Clients and TMCs can configure Freebird so alternative flights abide by corporate policies. Freebird, though, encourages corporate and TMC users to “open up their policy and not restrict availability in those moments of disruption,” Bernstein said. “Let travelers pick what is best for them.”
The service is priced by flight ($19 one way/$34 roundtrip during an introductory period) or as a subscription. Bernstein said the latter is more suited for corporate travel, with client costs calculated based on a year’s worth of travel data.
He described a “risk model” that the company has been working on. The goal is to understand how likely delays and cancellations are for specific flights and price the product accordingly. For example, Los Angeles-Phoenix in the summer is a much different risk profile than Chicago-Boston in the winter.
A future product expansion would see Freebird using the risk model to inform agencies and travelers about expected delays before they occur. That would allow for more proactive itinerary adjustments.
Marc Casto of Casto Travel today indicated that Freebird is soft-launching for some clients this week.
Travel and Transport also is working on making more informed booking choices. A planned enhancement later this year would enable its point-of-sale information system to estimate the risk of a missed connection. “It would give the agent insight and highlight if there is a back-up,” said vice president of customer solutions Joel Bailey. The first flight choice “may still be the best option for the traveler, but this will allow the agent to consult with them.”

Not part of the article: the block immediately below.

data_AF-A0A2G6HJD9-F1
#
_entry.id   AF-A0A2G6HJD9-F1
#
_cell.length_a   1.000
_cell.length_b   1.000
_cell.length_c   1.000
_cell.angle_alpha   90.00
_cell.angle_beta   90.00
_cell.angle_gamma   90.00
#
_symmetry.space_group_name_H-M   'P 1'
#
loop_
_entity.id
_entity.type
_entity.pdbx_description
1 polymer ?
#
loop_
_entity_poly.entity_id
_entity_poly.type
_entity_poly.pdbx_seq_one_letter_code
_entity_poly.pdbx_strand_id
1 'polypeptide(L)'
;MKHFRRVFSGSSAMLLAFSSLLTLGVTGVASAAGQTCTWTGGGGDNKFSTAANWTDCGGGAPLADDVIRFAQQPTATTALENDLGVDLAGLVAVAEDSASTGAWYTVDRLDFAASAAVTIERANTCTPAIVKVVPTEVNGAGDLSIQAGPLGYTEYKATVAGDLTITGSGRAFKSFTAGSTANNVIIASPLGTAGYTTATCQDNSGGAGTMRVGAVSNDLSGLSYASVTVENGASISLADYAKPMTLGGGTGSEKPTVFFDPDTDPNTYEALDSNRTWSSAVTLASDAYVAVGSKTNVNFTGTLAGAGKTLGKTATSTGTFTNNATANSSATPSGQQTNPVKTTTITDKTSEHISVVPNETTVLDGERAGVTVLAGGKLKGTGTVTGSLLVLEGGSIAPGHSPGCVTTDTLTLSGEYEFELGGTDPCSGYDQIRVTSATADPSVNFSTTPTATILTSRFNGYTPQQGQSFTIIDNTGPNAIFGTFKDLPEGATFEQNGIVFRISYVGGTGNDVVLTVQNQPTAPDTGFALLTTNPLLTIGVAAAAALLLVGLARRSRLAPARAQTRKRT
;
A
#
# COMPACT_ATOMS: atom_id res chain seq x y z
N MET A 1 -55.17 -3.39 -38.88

Disruption management is crucial for TMCs. Some have been improving their services in this area. Travel Leaders Corporate, for example, now offers a monitoring and rebooking service via mobile devices. Called Travel Leaders Connect, it informs travelers when flights are disrupted and puts them in touch with a live agent for rebooking.
Airlines, too, have been refining disruption services. Delta, which claimed a first in 2011 when its mobile app began facilitating cancelled or delayed flight rebooking, is working with Travelport on another app, according to Travelport CEO Gordon Wilson.
Wilson played out a scenario during a Feb. 21 interview: “There’s a weather front coming and you are not going to go tonight. You need to have a hotel. We are live-testing an app with Delta at the moment which enables their passengers — according to tier, status or whatever — to get accommodated in real time at a hotel. They don’t have to stand in line.”
Delta officials declined to provide details.
In another recent development, United today announced a new online portal that empowers corporate and TMC clients to, among other things, easily access info on weather waivers.
Additional info: Resilient Ops is about two years old. It received funding from NASA to help build an air traffic control system that addresses both manned and unmanned aircraft. Freebird received funding from General Catalyst, Accomplice and Slow Ventures. Bernstein also mentioned a few angel advisors, including Carlson Wagonlit Travel CEO Kurt Ekert, TripIt co-founder Scott Hintz and travel industry vet Mitch Gross.